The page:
Tasmania, gourmet goodness

Gourmet Goodness in Tasmania

Before I came to Tasmania I had noticed my local supermarket seemed to be sourced entirely from Tasmania. This was one of the reasons I was looking forward to visiting. You can’t come to “Gourmet Tasmania” and not be impressed with the local produce. Almost without exception, every meal we’ve had has been delicious, and all locally sourced.

Tasmania, gourmet goodness

Tasmania, gourmet goodness

At every turn, we stumbled across another epicurean delight. One afternoon on the east coast we visited the Freycinet Marine Park and polished off a dozen oysters – each- just because we could. They had been in the water only a couple of hours before our visit. We bought them from a little shed in a field, then ate them in humble outdoor picnic surrounds with kookaburras watching us and laughing from afar. I love oysters and always have – if only I could do that every day.

Tasmania, gourmet goodness

Tasmania, gourmet goodness

 

We’ve had some memorable meals. After winding our way up the eastern coast, we ended up at Scotsdale, at a gorgeous little B&B. We had pre-arranged a dinner, and after a long day of driving, arriving at a beautifully renovated farm-house with a home cooked meal was just what we needed. Produce from their neighbours and fruit and vegetables from the garden made for a real treat.

Tasmania, gourmet goodness

Tasmania, gourmet goodness

As we travelled through the north-eastern part of the island, around Launceston and up through to Devonport, we couldn’t help but notice how much like New Zealand it looked, with green rolling pastures and a very agricultural feel. Not surprisingly we thought it was very pretty. .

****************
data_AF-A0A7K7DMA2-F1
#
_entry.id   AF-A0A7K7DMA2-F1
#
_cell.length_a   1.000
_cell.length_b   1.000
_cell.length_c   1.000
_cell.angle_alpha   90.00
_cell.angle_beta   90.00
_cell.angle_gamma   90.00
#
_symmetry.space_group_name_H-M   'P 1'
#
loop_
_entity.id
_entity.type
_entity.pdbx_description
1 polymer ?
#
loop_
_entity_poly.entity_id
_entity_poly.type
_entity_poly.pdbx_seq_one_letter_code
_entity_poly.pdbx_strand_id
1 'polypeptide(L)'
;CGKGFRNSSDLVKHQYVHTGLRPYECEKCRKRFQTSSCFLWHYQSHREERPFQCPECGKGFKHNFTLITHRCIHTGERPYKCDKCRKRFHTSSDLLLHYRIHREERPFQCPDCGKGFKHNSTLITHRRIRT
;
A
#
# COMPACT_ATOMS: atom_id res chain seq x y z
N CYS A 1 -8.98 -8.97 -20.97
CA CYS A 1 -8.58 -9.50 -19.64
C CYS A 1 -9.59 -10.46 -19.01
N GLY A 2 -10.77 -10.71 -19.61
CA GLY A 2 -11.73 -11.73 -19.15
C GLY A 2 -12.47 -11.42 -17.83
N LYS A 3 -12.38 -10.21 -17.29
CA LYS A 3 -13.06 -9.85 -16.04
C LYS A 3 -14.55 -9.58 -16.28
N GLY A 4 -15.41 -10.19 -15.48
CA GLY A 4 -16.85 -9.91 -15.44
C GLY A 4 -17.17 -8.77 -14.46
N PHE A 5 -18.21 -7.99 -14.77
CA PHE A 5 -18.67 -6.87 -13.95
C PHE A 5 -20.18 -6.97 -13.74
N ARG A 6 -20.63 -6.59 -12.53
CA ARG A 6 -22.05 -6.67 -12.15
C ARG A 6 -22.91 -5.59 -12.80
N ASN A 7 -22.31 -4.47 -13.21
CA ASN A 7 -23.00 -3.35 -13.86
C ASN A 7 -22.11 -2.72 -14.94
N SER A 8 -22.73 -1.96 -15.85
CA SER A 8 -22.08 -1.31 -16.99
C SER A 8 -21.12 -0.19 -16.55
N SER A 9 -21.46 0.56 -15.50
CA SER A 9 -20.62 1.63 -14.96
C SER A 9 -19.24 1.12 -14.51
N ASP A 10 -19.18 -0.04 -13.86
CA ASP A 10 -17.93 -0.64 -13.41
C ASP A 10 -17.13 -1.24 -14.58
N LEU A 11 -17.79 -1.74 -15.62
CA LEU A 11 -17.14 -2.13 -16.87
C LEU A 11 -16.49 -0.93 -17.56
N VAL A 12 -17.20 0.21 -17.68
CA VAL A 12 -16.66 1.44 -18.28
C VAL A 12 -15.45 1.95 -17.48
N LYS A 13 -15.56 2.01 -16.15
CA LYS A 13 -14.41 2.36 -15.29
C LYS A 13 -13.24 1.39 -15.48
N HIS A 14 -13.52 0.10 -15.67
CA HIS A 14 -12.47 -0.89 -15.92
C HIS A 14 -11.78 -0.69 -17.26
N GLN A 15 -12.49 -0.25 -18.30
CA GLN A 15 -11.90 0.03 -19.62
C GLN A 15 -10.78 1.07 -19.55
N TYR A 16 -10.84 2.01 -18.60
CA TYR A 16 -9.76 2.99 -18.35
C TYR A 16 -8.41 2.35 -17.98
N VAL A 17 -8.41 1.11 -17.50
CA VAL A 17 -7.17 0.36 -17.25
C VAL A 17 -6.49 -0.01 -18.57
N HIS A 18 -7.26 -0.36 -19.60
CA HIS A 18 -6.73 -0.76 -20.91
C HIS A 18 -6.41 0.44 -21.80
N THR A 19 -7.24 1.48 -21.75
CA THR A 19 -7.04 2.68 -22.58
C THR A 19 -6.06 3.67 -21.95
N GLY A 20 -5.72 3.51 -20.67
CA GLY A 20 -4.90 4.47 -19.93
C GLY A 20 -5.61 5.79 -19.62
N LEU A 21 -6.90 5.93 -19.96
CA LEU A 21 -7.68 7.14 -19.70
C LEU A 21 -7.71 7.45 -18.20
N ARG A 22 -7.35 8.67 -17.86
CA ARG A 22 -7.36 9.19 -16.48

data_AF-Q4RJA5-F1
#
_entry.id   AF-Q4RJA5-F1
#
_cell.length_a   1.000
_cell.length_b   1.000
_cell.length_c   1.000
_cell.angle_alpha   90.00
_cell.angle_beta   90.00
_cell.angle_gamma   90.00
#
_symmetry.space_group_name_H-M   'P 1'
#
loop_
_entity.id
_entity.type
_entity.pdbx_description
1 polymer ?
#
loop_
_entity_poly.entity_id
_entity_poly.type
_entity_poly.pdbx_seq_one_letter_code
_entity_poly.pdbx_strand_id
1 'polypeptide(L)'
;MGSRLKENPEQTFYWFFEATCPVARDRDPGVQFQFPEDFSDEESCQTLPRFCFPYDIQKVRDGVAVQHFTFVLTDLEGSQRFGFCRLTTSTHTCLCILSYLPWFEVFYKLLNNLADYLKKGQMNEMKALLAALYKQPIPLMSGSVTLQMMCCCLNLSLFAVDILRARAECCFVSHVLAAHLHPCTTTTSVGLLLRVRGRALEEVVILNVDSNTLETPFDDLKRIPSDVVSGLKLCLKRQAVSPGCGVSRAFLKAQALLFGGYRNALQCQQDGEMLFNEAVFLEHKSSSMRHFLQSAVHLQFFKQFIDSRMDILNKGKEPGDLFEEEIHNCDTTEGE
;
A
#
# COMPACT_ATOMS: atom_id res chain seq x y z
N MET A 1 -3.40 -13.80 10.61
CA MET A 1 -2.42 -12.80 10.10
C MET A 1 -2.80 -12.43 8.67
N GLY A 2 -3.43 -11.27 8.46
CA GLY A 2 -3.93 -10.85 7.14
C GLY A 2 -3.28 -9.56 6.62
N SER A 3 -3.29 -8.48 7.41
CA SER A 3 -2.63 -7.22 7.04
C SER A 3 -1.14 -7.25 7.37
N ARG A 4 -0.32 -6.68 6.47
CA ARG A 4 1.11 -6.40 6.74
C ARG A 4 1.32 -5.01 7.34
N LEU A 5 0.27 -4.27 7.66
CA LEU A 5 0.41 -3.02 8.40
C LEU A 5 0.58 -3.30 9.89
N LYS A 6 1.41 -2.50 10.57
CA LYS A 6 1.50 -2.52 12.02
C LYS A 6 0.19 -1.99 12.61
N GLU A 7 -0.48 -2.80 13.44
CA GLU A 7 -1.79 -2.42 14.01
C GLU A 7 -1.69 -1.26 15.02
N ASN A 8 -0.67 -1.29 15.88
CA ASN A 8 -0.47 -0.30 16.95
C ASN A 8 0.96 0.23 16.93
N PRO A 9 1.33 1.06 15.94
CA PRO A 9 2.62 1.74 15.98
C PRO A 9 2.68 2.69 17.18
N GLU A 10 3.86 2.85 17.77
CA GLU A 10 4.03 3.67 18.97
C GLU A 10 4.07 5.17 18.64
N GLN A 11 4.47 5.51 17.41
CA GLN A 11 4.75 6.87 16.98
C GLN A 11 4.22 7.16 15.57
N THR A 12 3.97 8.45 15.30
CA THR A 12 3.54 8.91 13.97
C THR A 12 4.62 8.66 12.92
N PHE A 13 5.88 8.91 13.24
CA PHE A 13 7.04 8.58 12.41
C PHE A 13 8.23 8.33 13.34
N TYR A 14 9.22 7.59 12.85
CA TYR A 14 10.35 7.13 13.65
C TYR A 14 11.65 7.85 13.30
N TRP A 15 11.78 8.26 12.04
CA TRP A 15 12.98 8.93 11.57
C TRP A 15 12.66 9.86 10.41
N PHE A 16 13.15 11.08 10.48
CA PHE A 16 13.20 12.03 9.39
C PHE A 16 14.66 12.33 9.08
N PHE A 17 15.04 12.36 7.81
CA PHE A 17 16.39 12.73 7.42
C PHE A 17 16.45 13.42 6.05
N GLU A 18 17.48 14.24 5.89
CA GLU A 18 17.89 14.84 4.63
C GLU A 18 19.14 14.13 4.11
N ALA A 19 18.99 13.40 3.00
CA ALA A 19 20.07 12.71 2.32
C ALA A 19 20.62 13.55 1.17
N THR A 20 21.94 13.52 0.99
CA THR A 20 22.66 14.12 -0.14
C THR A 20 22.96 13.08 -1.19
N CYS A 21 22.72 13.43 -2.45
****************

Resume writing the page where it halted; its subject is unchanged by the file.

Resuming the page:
Tasmania, gourmet goodness

Tasmania, gourmet goodness

Arriving in Launceston and after a walk in the beautiful Cataract Gorge, a good lunch was deserved, so we were off to Stillwater, one of the restaurants we had been recommended. Sitting on the edge of the park, overlooking the river, the food and ambiance were fantastic.

We had booked a couple of nights at a very upmarket B&B just out of Hadspen. For the first night we ate dinner at the in-house restaurant. Like everywhere else we’ve been, the food was locally sourced and tasted fantastic. Choices included rabbit terrine, mushroom risotto, Coquilles St Jacques for entree and beef filet, chicken or pork belly for mains. However the dark chocolate semi-freddo for dessert trumped them all!

We had one day which was devoted almost entirely to sampling local delights. We discovered the “Cradle to Coast Tasting Trail”, which was filled with all sorts off local produce and available for us to sample. It included honey factories, berry farms, cherry orchards, cheese factories, a salmon farm and my favourite – a chocolate factory. I’ve always had a weakness for good quality dark chocolate so this was a must, and yet again didn’t leave empty handed.

Tasmania, gourmet goodness

Tasmania, gourmet goodness

Surprisingly enough, even after a day of tasting our way around Latrobe and Devonport, we squeezed in one more gourmet meal, this time at the Black Cow, reputedly one of the best restaurants in Tasmania. Wow, they’re not wrong. It’s located in an old butcher’s shop, and suitably with that pedigree and that name, specialises in “premium Tasmanian beef, dry-aged, free range, grass fed, and artificial hormone free”. I briefly contemplated the 500g Rib Eye just because it sounded so good, but even if I hadn’t spent an entire day sampling fabulous food I know it would have defeated me. So I modestly selected the Eye Fillet with cafe de paris butter and wasn’t disappointed.

Tasmania is absolutely chock-a-block with gourmet goodness….I’m looking forward to my next visit.

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